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Italian Restaurant Recommendations


Dave Weinstein
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Should have put this in my wine bar post, but I travel to Italy regularly but live in Chicago.  Not really many good places here that can provide a similar culinary experience to what I eat in Italy, or can just as easily make at home.

I hate loud restaurants, so have always avoided Babbo.  I have liked Bellavitae in the past, but want to stretch out a little on this NY visit, and have considered Insieme.  Are there others, probably smaller, chef-driven places I should consider?

Consigliatemi, per favore.  Thanks.

Has anyone been to Perbacco lately? As of the last time I went, this would probably fit the bill. It may be slightly on the loud side at times, but small, cute and very inventive. It was totally chef-driven and the food was special in its employment of creative ingredients and techniques, while still staying pretty true to its roots.

went back to perbacco tonight and it's still as solid as ever. full house around 9:30. your description is very accurate. take their creme brulee di parmigiano reggiano with aged balsamic vinegar for example. daring but still true to its roots and ingredients, not to mention delicious. it's a common theme applied to several items on the menu. the noise level isn't too bad and i enjoy the casual service/vibe. they also accept reservations now and are on open table.

i don't consider babbo to be loud once you're past the crowded bar/walk-in area. don't let that deter you. even with the music, i don't have any issues conversing on either floor. my experiences have been nothing less than spectacular though it has been getting mixed reviews, especially more so these days. i recommend ordering adventurously instead of the pasta/traditional tasting menus.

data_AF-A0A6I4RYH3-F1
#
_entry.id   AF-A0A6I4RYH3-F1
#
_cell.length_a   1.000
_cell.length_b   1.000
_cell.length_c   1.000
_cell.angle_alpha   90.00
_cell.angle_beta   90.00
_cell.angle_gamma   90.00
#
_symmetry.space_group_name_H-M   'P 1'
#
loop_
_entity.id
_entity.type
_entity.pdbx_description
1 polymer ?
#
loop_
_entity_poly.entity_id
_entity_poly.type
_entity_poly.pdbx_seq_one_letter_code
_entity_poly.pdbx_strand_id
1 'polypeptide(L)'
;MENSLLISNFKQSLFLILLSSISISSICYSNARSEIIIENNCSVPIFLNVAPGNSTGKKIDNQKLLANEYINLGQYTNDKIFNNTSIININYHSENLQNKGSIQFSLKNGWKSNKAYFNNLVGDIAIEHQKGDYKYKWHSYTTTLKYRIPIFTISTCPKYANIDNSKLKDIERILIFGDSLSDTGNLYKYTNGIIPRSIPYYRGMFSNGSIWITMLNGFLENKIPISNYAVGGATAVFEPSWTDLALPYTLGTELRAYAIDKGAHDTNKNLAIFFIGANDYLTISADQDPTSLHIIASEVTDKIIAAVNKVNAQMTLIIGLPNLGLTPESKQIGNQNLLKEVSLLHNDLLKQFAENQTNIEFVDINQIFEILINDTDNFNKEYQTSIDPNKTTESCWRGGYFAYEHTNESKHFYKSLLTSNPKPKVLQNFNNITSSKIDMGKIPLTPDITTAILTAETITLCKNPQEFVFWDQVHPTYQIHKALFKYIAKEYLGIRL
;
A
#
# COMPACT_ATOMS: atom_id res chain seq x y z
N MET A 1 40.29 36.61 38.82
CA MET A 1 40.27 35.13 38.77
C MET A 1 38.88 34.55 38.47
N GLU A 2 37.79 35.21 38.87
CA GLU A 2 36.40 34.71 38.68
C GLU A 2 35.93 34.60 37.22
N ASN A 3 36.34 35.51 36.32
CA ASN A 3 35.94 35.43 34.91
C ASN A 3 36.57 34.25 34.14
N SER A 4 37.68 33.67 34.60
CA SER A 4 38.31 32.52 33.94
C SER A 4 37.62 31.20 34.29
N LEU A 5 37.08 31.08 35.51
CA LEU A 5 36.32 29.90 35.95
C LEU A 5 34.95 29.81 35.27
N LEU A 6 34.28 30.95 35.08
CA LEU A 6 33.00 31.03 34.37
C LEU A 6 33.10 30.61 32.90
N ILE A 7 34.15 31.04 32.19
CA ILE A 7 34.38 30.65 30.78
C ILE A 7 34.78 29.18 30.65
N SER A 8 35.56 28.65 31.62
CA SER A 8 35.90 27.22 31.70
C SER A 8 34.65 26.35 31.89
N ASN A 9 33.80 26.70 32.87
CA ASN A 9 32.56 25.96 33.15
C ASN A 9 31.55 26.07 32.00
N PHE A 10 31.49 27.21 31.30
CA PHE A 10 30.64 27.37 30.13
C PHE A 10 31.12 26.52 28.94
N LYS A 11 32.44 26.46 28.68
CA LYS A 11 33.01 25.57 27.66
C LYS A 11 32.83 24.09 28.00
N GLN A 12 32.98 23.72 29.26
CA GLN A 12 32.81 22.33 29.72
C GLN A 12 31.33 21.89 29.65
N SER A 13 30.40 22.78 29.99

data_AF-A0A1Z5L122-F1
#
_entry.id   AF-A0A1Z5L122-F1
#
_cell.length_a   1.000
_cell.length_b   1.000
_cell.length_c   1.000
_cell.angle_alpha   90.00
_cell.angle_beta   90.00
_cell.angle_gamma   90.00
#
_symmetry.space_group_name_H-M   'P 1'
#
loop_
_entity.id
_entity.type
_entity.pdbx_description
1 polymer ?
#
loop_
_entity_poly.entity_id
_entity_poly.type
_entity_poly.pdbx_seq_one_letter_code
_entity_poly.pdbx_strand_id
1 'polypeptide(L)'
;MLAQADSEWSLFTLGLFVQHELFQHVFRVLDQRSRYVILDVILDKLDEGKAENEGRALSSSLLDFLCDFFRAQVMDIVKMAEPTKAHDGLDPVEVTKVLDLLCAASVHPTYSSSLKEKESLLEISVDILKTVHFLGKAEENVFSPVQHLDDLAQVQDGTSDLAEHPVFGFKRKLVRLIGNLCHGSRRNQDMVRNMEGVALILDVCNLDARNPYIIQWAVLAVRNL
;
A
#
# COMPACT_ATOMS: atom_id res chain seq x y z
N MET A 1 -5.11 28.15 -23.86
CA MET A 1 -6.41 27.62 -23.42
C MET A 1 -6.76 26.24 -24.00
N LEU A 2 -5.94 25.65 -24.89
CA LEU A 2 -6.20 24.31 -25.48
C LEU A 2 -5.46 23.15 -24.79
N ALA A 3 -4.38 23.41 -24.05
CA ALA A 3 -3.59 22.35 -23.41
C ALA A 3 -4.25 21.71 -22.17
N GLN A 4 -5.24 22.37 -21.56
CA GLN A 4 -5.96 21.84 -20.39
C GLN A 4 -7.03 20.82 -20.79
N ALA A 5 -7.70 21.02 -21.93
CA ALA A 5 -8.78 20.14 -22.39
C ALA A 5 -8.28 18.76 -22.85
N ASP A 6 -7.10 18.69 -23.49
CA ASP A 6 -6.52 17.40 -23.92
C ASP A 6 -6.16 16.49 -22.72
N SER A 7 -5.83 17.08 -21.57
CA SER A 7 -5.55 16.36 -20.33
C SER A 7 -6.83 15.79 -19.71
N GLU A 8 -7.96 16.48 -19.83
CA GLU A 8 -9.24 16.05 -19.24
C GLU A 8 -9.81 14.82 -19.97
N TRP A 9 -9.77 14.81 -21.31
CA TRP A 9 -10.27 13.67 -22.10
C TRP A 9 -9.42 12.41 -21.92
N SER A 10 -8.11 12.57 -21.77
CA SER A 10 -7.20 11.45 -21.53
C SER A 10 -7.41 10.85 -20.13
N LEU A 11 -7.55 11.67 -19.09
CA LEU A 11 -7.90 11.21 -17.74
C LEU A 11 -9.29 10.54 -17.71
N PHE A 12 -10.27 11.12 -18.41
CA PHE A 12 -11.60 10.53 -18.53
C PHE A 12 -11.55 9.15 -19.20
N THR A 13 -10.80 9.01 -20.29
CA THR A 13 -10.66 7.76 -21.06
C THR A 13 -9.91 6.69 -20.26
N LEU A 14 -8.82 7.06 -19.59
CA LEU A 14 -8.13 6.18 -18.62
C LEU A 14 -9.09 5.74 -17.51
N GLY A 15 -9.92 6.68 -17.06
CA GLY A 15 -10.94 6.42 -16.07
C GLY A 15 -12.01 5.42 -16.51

a smaller, chef-driven place that i recommend is sorella. i believe weinoo suggested it in the italian wine bar thread. i consider it one of the more unique italian options in the city and the food just resonates with me. however it's closed until the 28th as i discovered at the door last week so hopefully the timing works out.

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We just returned, and thanks for everyone's help. We ended up dining at Lupa and having a great meal at the bar. Well made pastas, good quality ingredients, great talk with the sommelier, and a very knowledgeable bartender. It's worth a reservation next time we're there.

Our other meal was at Barbone and luckily we had visited 2 wine bars before arriving. Pleasant service from the staff and (presumably) the owner, and a wonderful surprise in the Vernaccia Nera we found there (just when you thought you knew all those obscure varietals), but the food was subpar. The two pastas (spaghetti carbonara and a ragu) were incredibly salty, and I say this as one who likes the sodium. The carbonara was that type where it seems bechamel has been added, and with a heavy touch on the flour.

But, when they saw we weren't eating it, they brought a free dessert and some dessert wine, which was a good response, though I wish they'd just removed it from the bill, as we hadn't eaten any.

So, Lupa was great. In the Italian Wine thread I also talked about Perbacco, which I would also recommend, though without having had a full dinner there.

Thanks again.

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The carbonara was that type where it seems bechamel has been added, and with a heavy touch on the flour. 

They added bechamel to carbonara?

You shouldn't! Some add cream to the recipe, also unnecessary. My not-too-clear point was that there was not only cream/milk in it, it had the heavy consistency of gooey, cold bechamel. I don't mean to slam them too much; we just didn't get the best dishes, perhaps.

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